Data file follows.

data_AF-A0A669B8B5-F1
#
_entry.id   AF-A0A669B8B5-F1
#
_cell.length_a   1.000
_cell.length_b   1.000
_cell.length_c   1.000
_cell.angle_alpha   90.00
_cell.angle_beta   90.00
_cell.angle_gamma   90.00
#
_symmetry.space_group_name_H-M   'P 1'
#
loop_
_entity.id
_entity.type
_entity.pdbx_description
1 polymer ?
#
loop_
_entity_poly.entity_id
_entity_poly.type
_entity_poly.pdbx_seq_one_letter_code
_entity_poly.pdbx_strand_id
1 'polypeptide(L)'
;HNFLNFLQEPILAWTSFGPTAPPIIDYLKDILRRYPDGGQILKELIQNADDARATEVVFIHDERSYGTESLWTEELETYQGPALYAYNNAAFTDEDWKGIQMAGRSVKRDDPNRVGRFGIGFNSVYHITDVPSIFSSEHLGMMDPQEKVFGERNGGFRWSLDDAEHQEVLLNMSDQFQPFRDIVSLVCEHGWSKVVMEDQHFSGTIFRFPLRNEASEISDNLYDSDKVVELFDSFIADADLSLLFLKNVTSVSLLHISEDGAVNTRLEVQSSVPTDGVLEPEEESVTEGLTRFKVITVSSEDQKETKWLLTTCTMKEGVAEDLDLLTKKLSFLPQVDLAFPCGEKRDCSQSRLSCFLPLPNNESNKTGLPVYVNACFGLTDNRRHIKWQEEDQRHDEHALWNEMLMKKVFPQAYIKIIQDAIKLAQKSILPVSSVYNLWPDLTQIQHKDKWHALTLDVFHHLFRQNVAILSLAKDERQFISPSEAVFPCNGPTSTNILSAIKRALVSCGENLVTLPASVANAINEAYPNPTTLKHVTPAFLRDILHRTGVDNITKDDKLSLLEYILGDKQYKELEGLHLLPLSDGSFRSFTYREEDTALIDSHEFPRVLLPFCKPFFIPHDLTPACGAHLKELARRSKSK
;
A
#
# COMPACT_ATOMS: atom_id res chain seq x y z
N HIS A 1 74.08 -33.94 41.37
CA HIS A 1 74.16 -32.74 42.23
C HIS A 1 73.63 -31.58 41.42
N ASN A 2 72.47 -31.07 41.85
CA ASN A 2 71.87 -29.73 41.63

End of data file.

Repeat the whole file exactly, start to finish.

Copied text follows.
data_AF-A0A669B8B5-F1
#
_entry.id   AF-A0A669B8B5-F1
#
_cell.length_a   1.000
_cell.length_b   1.000
_cell.length_c   1.000
_cell.angle_alpha   90.00
_cell.angle_beta   90.00
_cell.angle_gamma   90.00
#
_symmetry.space_group_name_H-M   'P 1'
#
loop_
_entity.id
_entity.type
_entity.pdbx_description
1 polymer ?
#
loop_
_entity_poly.entity_id
_entity_poly.type
_entity_poly.pdbx_seq_one_letter_code
_entity_poly.pdbx_strand_id
1 'polypeptide(L)'
;HNFLNFLQEPILAWTSFGPTAPPIIDYLKDILRRYPDGGQILKELIQNADDARATEVVFIHDERSYGTESLWTEELETYQGPALYAYNNAAFTDEDWKGIQMAGRSVKRDDPNRVGRFGIGFNSVYHITDVPSIFSSEHLGMMDPQEKVFGERNGGFRWSLDDAEHQEVLLNMSDQFQPFRDIVSLVCEHGWSKVVMEDQHFSGTIFRFPLRNEASEISDNLYDSDKVVELFDSFIADADLSLLFLKNVTSVSLLHISEDGAVNTRLEVQSSVPTDGVLEPEEESVTEGLTRFKVITVSSEDQKETKWLLTTCTMKEGVAEDLDLLTKKLSFLPQVDLAFPCGEKRDCSQSRLSCFLPLPNNESNKTGLPVYVNACFGLTDNRRHIKWQEEDQRHDEHALWNEMLMKKVFPQAYIKIIQDAIKLAQKSILPVSSVYNLWPDLTQIQHKDKWHALTLDVFHHLFRQNVAILSLAKDERQFISPSEAVFPCNGPTSTNILSAIKRALVSCGENLVTLPASVANAINEAYPNPTTLKHVTPAFLRDILHRTGVDNITKDDKLSLLEYILGDKQYKELEGLHLLPLSDGSFRSFTYREEDTALIDSHEFPRVLLPFCKPFFIPHDLTPACGAHLKELARRSKSK
;
A
#
# COMPACT_ATOMS: atom_id res chain seq x y z
N HIS A 1 74.08 -33.94 41.37
CA HIS A 1 74.16 -32.74 42.23
C HIS A 1 73.63 -31.58 41.42
N ASN A 2 72.47 -31.07 41.85
CA ASN A 2 71.87 -29.73 41.63